By Alton Mitchell
The National Weather Service hit it head on this time. Those were the words Chambers County EMA Director Donnie Smith used to describe the impacts of the winter weather system that hit Chambers County late Tuesday and early Wednesday last week. The storm dropped as much as four inches of snow on some parts of Chambers County and opened a doorway to days of below freezing temperatures that kept Chambers County shut down, and emergency management officials on their toes to keep residents safe.
Snow began falling on Chambers County on Tuesday night and continued into the break of daylight on Wednesday. When the night of snow was over areas of the County saw snowfall totals ranging from two to four inches across the County. As the snow exited rapidly declining temperatures took over the county as temperatures dropped into the teens and wind chill values reached to near the below zero mark in some locations.
The weather system created havoc that kept emergency officials on their feet as layers of ice began to blanket area roadways. According to Chambers County Engineer Josh Harvill county highway crews were able to get about 125 tons of sand distributed to roadways around Chambers County. However, many rural parts of the county were not able to be treated with sand. Harvill reports some roadways had as much as 2” of ice on them during points of the aftermath of the storm. The sand gave some traction, but the roads remained hazardous resulting in a closure of Chambers County roadways.
The mounting travel dangers in the county caused officials to issue a significant weather advisory for the county which was an impassable travel advisory. This was the first time in Chambers County history that alert has been used. The advisory went into place at 12:45 a.m.. on Wednesday morning and lasted until 1:00 p.m. Friday. Despite snow remained on some parts of the county until early Saturday.
The snow and ice that blanketed Chambers County also caused local officials to shut down various activities across the county. Venues such as schools and the Chambers County Courthouse were closed due to the dangerous travel conditions. Chambers County Commissioner Charlie Williams noted the closure of facilities like the courthouse was a necessary. “Closing the Courthouse for a day or two is much easier than someone losing their life,” explained Williams.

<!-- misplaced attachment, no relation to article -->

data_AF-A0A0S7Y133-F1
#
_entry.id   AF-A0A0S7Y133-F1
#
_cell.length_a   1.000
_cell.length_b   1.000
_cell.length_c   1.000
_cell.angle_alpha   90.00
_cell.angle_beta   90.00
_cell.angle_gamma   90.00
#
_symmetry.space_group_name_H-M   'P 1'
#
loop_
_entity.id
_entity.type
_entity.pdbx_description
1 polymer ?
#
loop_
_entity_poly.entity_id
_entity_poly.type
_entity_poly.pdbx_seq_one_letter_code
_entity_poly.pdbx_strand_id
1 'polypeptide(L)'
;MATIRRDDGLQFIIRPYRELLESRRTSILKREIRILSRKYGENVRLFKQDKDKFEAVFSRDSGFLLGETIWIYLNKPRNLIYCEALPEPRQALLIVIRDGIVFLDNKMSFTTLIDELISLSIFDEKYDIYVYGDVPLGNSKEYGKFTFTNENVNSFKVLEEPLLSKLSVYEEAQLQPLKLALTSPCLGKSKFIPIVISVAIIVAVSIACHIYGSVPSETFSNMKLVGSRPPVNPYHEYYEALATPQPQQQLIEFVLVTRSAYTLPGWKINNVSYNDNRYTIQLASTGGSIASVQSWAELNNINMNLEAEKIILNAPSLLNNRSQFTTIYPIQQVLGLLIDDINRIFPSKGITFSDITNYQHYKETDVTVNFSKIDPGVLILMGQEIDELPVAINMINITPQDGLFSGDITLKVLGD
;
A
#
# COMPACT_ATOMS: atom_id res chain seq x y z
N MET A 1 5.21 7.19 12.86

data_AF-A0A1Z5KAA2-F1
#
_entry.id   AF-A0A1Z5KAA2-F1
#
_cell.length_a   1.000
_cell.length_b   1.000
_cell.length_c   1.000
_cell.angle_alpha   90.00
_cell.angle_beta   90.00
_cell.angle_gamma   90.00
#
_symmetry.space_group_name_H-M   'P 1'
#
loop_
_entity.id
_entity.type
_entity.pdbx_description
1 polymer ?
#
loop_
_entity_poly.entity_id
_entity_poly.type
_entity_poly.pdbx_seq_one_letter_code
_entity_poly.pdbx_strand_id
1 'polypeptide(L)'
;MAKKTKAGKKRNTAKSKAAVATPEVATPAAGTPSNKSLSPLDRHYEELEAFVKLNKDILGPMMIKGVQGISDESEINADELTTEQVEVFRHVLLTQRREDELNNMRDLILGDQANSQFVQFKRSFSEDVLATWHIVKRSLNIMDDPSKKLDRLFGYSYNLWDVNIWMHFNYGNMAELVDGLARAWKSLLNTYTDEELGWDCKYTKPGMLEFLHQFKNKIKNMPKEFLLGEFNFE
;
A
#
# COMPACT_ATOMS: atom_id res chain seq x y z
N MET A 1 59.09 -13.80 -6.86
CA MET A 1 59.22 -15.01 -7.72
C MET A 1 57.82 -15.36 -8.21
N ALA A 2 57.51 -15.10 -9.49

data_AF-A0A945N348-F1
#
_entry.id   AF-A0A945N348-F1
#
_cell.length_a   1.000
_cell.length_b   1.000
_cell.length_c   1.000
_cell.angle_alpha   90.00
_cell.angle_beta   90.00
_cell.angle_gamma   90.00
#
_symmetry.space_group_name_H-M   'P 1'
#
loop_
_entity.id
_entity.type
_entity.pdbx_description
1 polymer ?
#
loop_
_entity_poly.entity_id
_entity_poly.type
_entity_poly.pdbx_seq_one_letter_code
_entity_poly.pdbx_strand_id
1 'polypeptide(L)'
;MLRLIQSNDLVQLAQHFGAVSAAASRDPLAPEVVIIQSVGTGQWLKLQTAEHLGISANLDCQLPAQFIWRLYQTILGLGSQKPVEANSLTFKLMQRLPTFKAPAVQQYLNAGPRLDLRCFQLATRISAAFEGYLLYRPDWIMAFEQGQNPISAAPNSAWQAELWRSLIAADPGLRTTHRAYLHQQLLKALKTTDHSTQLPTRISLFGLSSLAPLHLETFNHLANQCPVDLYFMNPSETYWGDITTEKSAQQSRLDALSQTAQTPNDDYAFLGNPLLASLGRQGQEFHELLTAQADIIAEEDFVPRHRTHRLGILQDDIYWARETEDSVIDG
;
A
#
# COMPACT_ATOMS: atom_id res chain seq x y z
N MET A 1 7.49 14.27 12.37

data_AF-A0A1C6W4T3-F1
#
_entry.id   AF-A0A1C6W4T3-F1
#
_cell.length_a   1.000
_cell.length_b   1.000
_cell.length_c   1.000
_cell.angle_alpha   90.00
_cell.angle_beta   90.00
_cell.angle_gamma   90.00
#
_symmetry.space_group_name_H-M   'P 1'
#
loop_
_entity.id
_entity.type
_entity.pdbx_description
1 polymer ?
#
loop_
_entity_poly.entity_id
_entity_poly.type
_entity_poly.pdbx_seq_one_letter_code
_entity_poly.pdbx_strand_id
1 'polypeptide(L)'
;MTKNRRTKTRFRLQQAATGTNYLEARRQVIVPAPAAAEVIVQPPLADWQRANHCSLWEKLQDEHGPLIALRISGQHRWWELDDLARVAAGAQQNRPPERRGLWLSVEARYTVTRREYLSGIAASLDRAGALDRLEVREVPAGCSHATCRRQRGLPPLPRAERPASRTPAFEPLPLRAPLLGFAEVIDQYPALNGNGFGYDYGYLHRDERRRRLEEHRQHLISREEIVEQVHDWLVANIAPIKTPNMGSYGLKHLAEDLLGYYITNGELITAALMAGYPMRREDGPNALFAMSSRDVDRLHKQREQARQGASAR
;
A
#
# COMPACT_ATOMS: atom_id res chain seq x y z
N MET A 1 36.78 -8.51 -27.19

Snow in the southern United States is highly unpredictable and usually a widespread occurrence spanning several years in most cases. Harvill explained that, each time it snows it is used a learning opportunity on how to better handle it in the future. The ice storm of January 2014 that earned the name, “Snowpocalypse”, was used as a tool to help emergency officials handle last weeks snow more effectively. After that storm hit Chambers County with heavy ice, county officials purchased a sand spreader, which was used to help spread sand on local roadways during this storm system.
However, officials do note it is hard to be properly prepared for this type of event because if may happen once every four to five years and it is hard to budget funds for equipment to combat these weather events. The purchase of mass equipment for snow does the county no good when it will just sit up and rust when not in use. Officials state the best way to prepare for these storms in the future is just to have a plan and supplies to stay put for several days incase it does happen.